Suicide Awareness: Data and Destigmatizing Colorado Biggest Teen Issue

Over the past three years, Colorado teen suicide rates have risen 58%, making Colorado the sixth-worst state for teen suicides according to a study by the United Health Foundation.


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September was Suicide Awareness Month, and National suicide Awareness Day was Sept. 10.

Through Sept., organizations like Suicide Prevention Lifeline (SPL), American Foundation for Suicide Prevention (AFSP), National Institute of Mental Health (NIMH), and National Alliance on Mental Illness (NAMI), make their main goal to prevent suicides each year by informing people of the risk, information, and resources anyone can use if they need any help. 

“I think that as a culture, we like to sweep the uncomfortable under the rug, society to look pretty on the outside,” Madeleine Godchaux, school psychologist, said. 

Since 2019, suicide has been the tenth leading death in the United States, claiming over 47,500 lives according to the NIMH. Suicide has also been one of the leading deaths in ages 10-34 and the fourth leading deaths in ages 35-44. 

“The total age-adjusted suicide rate in the United States increased 10.5 per 100,000 in 1999 to 14.2 per 100,000 in 2018, then declining to 13.9 per 100,000 in 2019. In 2019, the suicide rate among males was 3.7 times higher (22.4 per 100,000) than among females (6.0 per 100,000),” NIMH said.

In other words, male suicide rates are rising. 

“I think one of the problems in society is men don’t get to really talk about their mental health, and men must have this persona, such as they must be a manly man, and I think that we need to understand is that men do have emotions and that we need to be able to express them without feeling judged,” Andrew Sutula ‘22 said. 

“Teen suicide rates have increased 58 percent from 2016 to 2019 [in Colorado], but the reason is unclear,” Dr. Linda Genen, group medical officer for women’s health, said. 

A report done by the United Health University found that in the past three years, Colorado’s teen suicide rate has risen from 12.9 to 20.4 per 100,000 teenagers between the ages of 15-19 about 58%.  Looking at Nationwide statistics on teen suicide, the rate is 25 percent, while in 2019 Colorado is nearly double that rate, 20.4 to 10.4. This is putting Colorado in the sixth-worst state in teen suicides. 

What is causing this to happen in Colorado, and why has it been increasing so much over these past three years?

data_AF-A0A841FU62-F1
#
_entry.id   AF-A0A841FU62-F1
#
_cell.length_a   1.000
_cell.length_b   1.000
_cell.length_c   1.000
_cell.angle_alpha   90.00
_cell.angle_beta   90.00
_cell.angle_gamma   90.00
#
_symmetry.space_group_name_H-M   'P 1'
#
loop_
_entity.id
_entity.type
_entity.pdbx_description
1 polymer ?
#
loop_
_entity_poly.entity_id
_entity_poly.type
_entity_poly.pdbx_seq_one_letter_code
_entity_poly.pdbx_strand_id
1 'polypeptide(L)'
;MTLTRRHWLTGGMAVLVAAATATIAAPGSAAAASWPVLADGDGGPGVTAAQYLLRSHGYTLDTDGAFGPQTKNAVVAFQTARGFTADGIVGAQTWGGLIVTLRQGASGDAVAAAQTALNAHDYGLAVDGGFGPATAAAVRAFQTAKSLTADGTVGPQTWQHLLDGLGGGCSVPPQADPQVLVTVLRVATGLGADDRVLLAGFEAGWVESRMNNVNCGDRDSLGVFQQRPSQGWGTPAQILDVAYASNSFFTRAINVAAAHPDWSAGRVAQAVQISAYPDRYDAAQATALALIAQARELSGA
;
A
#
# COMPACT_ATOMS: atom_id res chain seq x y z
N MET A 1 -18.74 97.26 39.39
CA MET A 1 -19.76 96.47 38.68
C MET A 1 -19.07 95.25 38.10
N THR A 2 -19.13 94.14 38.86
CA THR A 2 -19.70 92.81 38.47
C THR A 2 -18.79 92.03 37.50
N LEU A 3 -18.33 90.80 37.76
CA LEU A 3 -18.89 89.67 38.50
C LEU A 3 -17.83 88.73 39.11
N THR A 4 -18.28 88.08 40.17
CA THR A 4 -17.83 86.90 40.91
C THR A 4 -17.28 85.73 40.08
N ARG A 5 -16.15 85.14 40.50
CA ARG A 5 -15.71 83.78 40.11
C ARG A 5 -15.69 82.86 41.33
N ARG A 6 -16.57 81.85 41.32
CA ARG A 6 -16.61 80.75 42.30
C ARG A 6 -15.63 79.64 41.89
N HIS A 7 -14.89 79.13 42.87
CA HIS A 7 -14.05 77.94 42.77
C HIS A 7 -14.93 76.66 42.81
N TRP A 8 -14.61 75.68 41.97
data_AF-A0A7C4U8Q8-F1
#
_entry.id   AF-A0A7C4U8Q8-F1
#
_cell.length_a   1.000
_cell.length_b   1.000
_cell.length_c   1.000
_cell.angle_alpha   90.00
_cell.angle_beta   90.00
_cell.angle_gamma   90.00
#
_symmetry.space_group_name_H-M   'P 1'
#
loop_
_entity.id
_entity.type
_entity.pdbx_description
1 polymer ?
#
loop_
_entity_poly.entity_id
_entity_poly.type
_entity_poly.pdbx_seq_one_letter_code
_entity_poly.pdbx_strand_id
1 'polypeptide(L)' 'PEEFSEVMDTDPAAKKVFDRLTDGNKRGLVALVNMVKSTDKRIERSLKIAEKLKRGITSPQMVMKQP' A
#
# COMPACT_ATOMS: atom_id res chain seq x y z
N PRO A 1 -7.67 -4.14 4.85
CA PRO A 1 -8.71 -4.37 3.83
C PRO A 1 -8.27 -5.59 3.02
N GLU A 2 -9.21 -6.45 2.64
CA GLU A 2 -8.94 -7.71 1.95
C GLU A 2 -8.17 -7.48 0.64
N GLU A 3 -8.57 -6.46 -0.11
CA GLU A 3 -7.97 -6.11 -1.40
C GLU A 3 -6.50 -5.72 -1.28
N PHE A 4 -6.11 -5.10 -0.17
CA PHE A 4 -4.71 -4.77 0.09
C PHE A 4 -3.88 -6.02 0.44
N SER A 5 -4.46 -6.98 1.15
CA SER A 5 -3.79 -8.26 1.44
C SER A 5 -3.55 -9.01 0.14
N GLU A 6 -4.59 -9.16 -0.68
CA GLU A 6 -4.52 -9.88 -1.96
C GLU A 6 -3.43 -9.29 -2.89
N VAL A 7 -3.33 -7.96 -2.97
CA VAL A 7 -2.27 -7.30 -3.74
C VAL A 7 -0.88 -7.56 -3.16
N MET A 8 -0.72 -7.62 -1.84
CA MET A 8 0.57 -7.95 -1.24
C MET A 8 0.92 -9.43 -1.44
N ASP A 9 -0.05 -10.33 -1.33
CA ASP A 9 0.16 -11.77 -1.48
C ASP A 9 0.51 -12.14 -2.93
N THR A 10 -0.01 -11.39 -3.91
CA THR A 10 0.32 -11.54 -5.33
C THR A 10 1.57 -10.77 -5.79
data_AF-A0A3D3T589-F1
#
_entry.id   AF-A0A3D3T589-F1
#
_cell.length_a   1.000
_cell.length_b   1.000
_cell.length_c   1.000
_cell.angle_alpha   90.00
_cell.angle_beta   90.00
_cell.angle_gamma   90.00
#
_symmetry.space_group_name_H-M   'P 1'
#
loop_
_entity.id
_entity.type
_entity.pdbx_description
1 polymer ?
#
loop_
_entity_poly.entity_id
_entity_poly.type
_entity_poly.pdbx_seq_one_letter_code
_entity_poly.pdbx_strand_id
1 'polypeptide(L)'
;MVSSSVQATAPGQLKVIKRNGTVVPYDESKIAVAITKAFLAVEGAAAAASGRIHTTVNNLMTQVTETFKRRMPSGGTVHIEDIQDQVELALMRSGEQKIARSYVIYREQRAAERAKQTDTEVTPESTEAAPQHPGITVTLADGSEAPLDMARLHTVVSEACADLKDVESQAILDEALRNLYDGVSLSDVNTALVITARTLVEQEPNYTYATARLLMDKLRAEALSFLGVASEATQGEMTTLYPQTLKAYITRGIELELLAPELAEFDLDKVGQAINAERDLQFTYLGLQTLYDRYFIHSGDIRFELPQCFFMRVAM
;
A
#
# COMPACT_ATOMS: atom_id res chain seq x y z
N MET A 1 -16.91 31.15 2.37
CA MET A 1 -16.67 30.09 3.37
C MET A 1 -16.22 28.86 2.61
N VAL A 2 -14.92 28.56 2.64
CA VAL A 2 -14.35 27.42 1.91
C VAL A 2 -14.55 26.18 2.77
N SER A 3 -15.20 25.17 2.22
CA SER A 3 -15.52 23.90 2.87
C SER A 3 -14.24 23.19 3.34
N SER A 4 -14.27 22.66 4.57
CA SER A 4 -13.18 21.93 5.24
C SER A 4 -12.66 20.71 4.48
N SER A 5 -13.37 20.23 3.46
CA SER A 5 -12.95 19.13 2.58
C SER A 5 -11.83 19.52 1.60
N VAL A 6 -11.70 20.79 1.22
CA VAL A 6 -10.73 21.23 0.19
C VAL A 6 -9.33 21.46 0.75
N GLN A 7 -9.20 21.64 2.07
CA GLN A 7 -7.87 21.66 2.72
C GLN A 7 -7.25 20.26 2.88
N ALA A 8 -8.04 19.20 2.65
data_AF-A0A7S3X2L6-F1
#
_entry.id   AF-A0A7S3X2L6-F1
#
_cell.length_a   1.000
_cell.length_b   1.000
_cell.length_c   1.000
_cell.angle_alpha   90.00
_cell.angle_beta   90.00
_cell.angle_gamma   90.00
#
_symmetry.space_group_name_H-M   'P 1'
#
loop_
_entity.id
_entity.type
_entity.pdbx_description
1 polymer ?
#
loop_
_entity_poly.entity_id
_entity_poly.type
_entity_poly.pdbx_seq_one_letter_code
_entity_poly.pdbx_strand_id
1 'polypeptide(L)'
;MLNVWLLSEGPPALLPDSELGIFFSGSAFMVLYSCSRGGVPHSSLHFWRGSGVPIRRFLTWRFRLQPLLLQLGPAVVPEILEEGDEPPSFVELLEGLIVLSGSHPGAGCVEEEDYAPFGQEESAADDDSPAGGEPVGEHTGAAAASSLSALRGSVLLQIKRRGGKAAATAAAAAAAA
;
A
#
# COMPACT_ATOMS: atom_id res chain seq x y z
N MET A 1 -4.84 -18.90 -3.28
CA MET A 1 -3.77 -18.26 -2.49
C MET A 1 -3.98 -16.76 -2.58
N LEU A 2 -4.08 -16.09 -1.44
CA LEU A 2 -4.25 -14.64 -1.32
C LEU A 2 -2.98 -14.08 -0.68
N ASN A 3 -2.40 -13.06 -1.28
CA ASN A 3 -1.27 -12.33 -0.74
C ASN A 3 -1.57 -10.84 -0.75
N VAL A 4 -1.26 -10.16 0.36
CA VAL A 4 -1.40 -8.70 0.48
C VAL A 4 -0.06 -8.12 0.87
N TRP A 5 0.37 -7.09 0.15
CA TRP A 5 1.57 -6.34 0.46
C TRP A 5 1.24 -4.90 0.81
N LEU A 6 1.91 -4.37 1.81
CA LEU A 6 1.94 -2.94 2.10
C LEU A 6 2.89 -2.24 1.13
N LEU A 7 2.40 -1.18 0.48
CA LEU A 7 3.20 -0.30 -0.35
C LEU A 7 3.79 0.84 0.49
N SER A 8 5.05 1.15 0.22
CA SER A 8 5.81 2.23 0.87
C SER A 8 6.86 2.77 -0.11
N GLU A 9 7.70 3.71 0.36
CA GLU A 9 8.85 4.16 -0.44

Colorado, along with 24 other states in the U.S., have fully legalized marijuana, allowing teenagers to have easier access to this drug even though people under the age of 21 are not able to purchase it legally. Marijuana usage may create a sort of tie to teen suicides. 

“56% of men and 55% of women who were daily or near-daily users thought about suicide, compared with 43.5% of men and 47% of women who were occasional users and 38% of men and 34% of women who were non-users,” HealthDay News said. 

Drug and alcohol abuse in teenagers past eighth grade has increased 61% between 2016 and 2020

“I think that now substance abuse or lack of problems and access to lethal means has become a big deal, and it has caused these high suicide numbers to increase in teenagers,” Godchaux said. 

Since the emergence of the Covid-19 pandemic, high school students have experienced online school, isolation from friends and family, and the unknown of life after the pandemic. 

“I think one of the biggest problems is the connection between people these past years where we have been in isolation and it’s been a stressful year. Our allostatic load is at maximum and we’re on fight or flight constantly now, and one of the best things to do is trying to connect with people, and it can be a huge part of preventing suicide if we can just talk more openly about suicide and make it a less taboo subject,” Godchaux said.

Mental health and suicide have been a “taboo” subject for a long time because some people have shyed away from the conversation because they may believe it may make others uncomfortable.

“I think a lot of people consider it a taboo subject but in reality it shouldn’t be because I feel like it makes people’s mental health a lot better in general. If they actually talk about it and they’re able to like to get their problems off their chest to somebody, you should talk about it to get it off their chest,” Nikki Yoshida ‘24 said.

An issue that some students also faced along with staff during last year, was a struggle with the ever-changing school schedule and mask mandates that they believe have created an unbalanced environment for students and staff. 

“Last year was crazy, especially since it was my first year of high school, and it was really hard adjusting to the new school year after being gone from normal schooling for a while, and it made me anxious for a long time,” Grayson Gaines ’24 said. 

At school, staff members have also experienced pandemic-related frustrations, including not being able to fully connect with their students with online learning, posing new challenges for teachers.

“Last year took a huge toll on everybody last year, and last year just sucked the life out of everybody, including teachers, and you know I think it’s important to also note that it’s not just students who have been affected mentally with everything going on, but teachers have had a really hard time as well,” Kathryn Lemeshewsky Social Studies teacher said.

There are resources available for students and staff to use whenever they need mental health support. Calming apps, such as Headspace:Meditation and Calm can help with breathing and mindful exercises. The school also has a counseling staff and peer-student counseling program that anyone can use whenever needed.